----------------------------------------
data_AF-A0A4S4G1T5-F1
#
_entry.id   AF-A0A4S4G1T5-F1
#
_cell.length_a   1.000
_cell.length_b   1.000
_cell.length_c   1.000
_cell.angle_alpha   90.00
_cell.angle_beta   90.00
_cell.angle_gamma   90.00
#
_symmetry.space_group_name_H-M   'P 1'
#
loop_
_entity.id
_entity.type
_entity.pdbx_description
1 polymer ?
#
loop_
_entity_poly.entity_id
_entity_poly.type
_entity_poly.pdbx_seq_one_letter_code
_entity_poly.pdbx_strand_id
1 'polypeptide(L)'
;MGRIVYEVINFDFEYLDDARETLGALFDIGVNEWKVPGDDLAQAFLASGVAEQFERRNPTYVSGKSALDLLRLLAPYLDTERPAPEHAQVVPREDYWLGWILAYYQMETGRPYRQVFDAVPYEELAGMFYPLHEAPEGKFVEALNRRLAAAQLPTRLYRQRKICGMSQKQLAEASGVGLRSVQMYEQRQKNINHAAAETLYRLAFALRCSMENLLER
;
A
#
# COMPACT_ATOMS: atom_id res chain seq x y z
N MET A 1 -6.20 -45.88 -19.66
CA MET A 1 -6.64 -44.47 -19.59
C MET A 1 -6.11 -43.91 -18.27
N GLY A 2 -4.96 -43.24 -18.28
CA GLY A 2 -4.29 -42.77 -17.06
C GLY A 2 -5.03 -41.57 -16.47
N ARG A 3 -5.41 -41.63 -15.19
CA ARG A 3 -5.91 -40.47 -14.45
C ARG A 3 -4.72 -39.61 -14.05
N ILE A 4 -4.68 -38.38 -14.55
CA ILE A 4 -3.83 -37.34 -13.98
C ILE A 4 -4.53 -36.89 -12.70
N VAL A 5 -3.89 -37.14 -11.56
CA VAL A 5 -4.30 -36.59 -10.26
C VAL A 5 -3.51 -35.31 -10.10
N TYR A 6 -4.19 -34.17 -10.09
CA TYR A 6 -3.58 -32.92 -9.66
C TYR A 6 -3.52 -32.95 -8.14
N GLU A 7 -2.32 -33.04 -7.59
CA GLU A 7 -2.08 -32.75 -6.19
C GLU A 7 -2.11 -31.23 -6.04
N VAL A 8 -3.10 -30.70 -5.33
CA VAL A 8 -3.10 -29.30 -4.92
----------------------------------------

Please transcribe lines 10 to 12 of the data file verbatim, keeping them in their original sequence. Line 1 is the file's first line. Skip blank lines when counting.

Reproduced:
_cell.angle_gamma   90.00
#
_symmetry.space_group_name_H-M   'P 1'